- HBR Summary. Infrastructure investment can not only combat the poverty of today — it has the potential to stave off the poverty of the future. And yet only $6 billion of private infrastructure investment went to the world’s poorest countries between 2010 and 2019 — that’s less than 1% of the total $1.1 trillion invested during that period.
- UN’s 2009 report “Rethinking Poverty”.
- “It is important to remember that all poverty is local.”
- To understand an individual’s locality is to understand why that person lives, and could continue to live, in a state of poverty.
- More than public sector action, we need innovation that incentivizes investors to direct capital towards promising infrastructure projects in low-income countries.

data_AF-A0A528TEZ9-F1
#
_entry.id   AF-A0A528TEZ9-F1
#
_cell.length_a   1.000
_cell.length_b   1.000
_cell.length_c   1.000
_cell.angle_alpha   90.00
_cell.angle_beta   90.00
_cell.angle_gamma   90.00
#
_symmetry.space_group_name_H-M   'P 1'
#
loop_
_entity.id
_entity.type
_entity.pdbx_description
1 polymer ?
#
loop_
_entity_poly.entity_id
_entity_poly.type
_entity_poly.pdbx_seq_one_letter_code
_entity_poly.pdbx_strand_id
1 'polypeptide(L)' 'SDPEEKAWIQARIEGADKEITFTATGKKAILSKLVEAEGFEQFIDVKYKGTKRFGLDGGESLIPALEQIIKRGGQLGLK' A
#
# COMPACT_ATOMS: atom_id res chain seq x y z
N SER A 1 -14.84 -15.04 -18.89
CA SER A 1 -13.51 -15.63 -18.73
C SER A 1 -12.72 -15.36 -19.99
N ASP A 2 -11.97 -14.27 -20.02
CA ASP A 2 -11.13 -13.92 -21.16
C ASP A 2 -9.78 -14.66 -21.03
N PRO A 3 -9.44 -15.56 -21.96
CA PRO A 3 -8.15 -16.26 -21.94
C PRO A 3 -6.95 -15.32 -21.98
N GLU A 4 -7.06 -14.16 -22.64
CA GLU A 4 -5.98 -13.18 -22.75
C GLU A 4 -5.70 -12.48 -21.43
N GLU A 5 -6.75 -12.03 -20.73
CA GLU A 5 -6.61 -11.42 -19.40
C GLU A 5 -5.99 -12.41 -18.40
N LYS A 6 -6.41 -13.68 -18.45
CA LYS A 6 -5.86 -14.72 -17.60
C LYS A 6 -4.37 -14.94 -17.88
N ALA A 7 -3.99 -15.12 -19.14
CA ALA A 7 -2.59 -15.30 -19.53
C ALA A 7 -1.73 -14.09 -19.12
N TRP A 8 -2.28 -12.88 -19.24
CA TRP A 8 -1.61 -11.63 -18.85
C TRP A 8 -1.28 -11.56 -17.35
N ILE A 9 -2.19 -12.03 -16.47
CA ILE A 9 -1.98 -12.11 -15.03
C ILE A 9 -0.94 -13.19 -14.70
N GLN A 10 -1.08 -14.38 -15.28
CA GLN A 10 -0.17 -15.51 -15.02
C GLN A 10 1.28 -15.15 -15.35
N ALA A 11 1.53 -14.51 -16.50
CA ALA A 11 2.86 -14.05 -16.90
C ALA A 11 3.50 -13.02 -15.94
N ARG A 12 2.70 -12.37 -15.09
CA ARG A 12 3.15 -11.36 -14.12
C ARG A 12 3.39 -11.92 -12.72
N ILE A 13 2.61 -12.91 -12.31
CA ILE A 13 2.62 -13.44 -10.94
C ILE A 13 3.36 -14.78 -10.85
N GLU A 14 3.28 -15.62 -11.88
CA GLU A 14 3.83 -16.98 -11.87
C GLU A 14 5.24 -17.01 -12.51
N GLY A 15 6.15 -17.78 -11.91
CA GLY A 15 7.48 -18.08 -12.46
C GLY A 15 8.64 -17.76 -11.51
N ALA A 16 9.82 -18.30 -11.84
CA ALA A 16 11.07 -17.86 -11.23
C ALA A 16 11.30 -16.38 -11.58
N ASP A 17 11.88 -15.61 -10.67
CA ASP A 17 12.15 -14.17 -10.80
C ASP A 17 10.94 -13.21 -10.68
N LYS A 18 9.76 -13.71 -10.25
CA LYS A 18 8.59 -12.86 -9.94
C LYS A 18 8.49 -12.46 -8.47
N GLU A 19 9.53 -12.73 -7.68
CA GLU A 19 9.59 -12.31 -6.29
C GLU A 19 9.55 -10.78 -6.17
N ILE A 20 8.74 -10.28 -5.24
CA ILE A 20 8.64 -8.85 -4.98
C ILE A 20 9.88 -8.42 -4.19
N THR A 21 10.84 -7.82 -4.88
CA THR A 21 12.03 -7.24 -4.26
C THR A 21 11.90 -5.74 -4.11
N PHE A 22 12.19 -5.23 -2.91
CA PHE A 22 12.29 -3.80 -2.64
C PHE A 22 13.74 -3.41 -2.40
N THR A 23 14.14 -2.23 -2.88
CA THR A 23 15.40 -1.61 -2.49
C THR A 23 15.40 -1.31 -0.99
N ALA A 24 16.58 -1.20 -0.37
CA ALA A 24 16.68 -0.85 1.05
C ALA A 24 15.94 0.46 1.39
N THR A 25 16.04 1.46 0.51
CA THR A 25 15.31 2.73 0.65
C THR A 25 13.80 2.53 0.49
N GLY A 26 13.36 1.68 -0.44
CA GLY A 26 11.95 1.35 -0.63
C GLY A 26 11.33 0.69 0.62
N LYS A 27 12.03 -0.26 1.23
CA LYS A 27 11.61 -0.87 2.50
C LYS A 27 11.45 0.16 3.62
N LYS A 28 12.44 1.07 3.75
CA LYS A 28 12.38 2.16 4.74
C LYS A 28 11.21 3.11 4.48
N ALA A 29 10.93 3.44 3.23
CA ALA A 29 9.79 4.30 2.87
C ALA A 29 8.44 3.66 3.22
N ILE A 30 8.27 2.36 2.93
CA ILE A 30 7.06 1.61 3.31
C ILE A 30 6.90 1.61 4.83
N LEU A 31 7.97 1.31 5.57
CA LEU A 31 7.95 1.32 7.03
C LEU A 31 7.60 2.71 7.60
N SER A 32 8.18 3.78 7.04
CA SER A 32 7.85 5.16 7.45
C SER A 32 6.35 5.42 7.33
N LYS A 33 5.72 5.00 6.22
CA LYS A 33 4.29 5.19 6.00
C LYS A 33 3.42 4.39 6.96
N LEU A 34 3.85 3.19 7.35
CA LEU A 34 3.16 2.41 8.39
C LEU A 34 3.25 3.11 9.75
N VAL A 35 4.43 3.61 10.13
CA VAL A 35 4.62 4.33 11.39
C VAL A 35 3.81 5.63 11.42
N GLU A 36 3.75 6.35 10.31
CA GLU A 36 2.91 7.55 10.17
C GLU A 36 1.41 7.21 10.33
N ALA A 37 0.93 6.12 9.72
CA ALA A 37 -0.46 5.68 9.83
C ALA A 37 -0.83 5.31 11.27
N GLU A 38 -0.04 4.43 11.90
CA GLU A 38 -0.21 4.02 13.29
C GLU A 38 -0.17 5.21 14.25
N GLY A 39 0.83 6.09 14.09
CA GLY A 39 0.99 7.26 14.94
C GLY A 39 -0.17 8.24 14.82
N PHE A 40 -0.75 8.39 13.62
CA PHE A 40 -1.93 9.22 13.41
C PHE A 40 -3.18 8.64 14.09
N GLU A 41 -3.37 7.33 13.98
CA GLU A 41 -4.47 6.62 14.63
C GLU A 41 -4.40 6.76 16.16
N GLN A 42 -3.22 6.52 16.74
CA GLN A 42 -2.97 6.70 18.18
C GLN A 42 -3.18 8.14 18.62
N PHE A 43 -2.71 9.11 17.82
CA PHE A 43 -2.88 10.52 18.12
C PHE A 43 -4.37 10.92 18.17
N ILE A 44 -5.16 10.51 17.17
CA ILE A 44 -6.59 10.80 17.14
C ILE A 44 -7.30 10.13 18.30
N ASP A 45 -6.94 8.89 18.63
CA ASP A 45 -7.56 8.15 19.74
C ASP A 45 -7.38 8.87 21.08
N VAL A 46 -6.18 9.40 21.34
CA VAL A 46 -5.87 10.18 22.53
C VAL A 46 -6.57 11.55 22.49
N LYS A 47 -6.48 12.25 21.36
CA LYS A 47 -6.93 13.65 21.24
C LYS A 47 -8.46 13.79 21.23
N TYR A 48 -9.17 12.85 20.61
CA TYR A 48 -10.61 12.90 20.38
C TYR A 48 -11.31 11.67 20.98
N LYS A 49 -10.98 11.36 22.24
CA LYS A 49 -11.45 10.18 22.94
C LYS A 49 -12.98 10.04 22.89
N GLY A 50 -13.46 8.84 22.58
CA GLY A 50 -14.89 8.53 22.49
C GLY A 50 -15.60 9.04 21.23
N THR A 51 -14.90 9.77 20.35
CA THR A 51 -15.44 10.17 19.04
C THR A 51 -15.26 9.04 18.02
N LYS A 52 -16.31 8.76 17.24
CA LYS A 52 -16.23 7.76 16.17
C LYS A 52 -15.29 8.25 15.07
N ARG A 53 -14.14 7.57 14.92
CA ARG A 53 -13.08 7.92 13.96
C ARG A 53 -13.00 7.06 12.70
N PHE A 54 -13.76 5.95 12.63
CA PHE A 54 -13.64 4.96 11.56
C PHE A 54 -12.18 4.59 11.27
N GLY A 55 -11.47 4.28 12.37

- Just as importantly, we need data innovation, beyond the data regarding commercial viability of projects.
- All poverty is local. But all prosperity is local as well. The path to prosperity is only as sound as the infrastructure it is built upon. It is time for private investment, and the global financial system, to demonstrate this fact.
- UNCDF is already piloting innovations.
- Along with United Cities and Local Governments and the Global Fund for Cities Development, UNCDF has launched an international municipal investment fund to deliver private and public finance to locally-based infrastructure projects in developing and least-developed countries — with a target capitalization of EU 350 million at first closing.
Category 2: The Big Picture of the Digital Age
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